Beyond emergency and troubleshooting issues by phone, we have highly experienced Technical Solutions Managers (TSMs) available in the field throughout the U.S. and Canada. So, if a customer’s maintenance team needs assistance with electric repairs, they call on their TSM or bring the coach directly to an MCI Service Center. Our technicians are factory trained on all electrical systems to bring coaches back to OEM standards, following the engineering electrical schematics of the original model design. MCI also offers fast access to OEM electrical parts through NFI Parts.
Today’s electrical systems are highly sophisticated. MCI takes a collaborative approach in repair, often working with the TSM and NFI Parts representative to make sure only the right part is used on each case to meet OEM standards.
What electrical components require specialized attention after damage, so that equipment can function properly?
Walther: It is critical for all electrical components affected by the damage to be thoroughly inspected. But, it is highly recommended for electrical harnesses to receive specialized attention. Harnesses control many important safety systems and can be fragile. In addition, harness problems can be difficult to diagnose. Buses rely on multiple electronic control modules to operate various systems. In most cases, these modules rely on a singular communication circuit.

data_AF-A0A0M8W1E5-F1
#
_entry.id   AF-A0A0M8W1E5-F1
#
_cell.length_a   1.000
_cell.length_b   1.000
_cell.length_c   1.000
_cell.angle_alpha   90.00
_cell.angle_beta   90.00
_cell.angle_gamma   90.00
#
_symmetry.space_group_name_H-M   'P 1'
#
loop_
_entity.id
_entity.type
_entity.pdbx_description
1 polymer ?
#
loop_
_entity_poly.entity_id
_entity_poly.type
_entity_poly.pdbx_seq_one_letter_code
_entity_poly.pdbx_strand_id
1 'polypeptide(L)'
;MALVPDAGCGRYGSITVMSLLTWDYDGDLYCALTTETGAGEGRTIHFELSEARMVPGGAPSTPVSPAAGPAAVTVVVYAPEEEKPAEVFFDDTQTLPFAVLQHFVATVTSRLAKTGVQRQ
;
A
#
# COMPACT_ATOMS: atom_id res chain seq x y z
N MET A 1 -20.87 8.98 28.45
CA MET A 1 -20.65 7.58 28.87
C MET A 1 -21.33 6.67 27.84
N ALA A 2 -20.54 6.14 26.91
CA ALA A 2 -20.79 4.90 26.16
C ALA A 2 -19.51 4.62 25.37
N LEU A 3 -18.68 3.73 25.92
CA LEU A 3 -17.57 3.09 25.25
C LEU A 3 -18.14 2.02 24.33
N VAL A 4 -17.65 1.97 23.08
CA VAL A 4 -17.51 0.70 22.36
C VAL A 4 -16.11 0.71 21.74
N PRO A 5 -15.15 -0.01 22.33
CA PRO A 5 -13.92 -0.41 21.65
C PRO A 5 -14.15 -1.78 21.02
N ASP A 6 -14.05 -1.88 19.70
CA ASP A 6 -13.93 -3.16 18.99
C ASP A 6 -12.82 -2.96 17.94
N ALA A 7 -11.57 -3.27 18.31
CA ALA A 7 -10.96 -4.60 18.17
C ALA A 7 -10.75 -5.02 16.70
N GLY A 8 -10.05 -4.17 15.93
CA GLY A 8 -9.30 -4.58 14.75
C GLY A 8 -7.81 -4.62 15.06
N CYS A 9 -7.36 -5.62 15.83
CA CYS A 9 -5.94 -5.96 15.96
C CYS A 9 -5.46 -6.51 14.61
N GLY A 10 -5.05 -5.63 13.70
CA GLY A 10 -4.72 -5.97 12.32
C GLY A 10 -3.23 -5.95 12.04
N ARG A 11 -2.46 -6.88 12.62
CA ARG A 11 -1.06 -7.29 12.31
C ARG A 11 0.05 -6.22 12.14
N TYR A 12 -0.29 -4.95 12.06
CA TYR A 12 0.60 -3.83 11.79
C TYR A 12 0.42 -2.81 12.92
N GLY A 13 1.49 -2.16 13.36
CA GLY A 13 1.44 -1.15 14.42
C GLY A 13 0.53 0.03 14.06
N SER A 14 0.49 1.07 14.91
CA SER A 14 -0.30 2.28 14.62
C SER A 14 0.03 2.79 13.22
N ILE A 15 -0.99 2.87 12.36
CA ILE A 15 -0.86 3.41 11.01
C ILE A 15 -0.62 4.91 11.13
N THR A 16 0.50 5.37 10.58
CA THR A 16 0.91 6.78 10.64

Savitz: The types of components include lane departure camera, automatic cruise control system, TPMS, nodes, ECMs, air conditioning compressors, fan clutches, condenser and evaporator fans. Every electrical component should be thoroughly checked by a competent technician following an event that could have damaged the suspect component. If any sign of physical damage is discovered, including the slightest bend, dent, misalignment or crack can cause the life of the component to be compromised. In addition to physical damage, every component should be checked for functionality and performance. Any performance deficiencies should be further investigated to identify the source of the faulty component.